Oamaru Tourist Attractions
Oamaru, 120km north of Dunedin on Cape Wanbrow, is the commercial center of northern Otago. The town rose to great prosperity in the 19th C. The climate is warm and dry. Inland from the town are extensive market gardens; beyond these, further inland, is a region of intensive sheep farming.The white Oamaru limestone worked in many quarries in the surrounding area was used in the construction of many public buildings in New Zealand and even in Australia. The stone is easy to work when freshly quarried but hardens when exposed to dry air.
On the coast at Oamaru there are some delightful, relatively small penguins that can be observed close up. The yellow-eyed penguins are more shy. These birds, associated more with the Antarctic than with New Zealand, are driven in by the waves and waddle along the beach or up the cliffs.
The town's principal sights can be seen on a signposted Historic Walk, which starts from the Boer War memorial in Thames Street. The most notable monuments are the Court House (1883 by Forrester and Lemon), the simple Old Post Office (1864), the imposing New Post Office (1884) with its noticeable clock towers, and the Athenaeum (1882), which houses a small regional museum.
Forrester Art Gallery
Opposite the post offices are two imposing banks designed by RA Lawson, the National Bank (1871) and the Bank of New South Wales (1883), which is now occupied by the Forrester Art Gallery.
Notable churches are St Luke's (1865; Anglican), at the corner of Itchen Street and Thames Street, St Paul's (1876; Presbyterian), in Coquet Street, and St Patrick's Basilica (1893; RC), in Usk Street.
There are a few natural attractions in the Oamaru surrounding area.
8km south of Oamaru on Highway 1 is the Totara Estate, where frozen meat was first produced in this area. Visitors can see the old slaughterhouses and production plant. The trim farmhouse (1868) stands in the shade of tall trees. On the nearby hill is a monument to Thomas Brydone, who established frozen-meat production in this area.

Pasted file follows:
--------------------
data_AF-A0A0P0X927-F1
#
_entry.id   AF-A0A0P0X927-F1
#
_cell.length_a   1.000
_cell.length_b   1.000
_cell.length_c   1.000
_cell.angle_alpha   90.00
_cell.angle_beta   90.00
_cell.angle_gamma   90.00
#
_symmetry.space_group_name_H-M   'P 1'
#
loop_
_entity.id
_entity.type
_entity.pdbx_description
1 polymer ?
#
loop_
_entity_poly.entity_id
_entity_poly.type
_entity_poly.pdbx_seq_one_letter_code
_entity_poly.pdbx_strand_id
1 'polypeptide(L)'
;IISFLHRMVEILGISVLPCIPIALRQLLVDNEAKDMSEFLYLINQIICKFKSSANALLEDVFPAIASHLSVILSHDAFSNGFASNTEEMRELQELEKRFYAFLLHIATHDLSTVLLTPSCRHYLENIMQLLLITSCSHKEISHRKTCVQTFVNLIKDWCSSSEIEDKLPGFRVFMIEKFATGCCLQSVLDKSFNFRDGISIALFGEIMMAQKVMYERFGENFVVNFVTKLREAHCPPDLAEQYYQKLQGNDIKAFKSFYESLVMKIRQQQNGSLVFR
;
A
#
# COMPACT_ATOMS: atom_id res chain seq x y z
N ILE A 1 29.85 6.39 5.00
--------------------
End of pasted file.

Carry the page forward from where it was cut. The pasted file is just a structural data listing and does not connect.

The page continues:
4km further south is Clark's Mill (1865), the only surviving watermill in the Oamaru area, now preserved as an industrial monument.
The pretty fishing village of Moeraki has a mainly Maori population. In the past there was a whaling station here.
35km south of Oamaru, scattered about on the beach, are the Moeraki Boulders - massive spherical rocks up to 3m in diameter and weighing several tonnes. In Maori tradition they are calabashes and food baskets thrown ashore from the ancestral canoe long ago and since turned to stone.The scientific explanation is that the boulders were formed on the seabed millions of years ago by the deposit of chemical concretions on hard cores. When the seabed was thrust upwards they were washed out of the softer rock by the surf and left on the beach. Some of them are still embedded in the rock. The net patterns on the surface of the boulders were produced by the extrusion of yellow calcites.Although the boulders are strictly protected as natural monuments, the smaller ones, regrettably, are steadily eroding.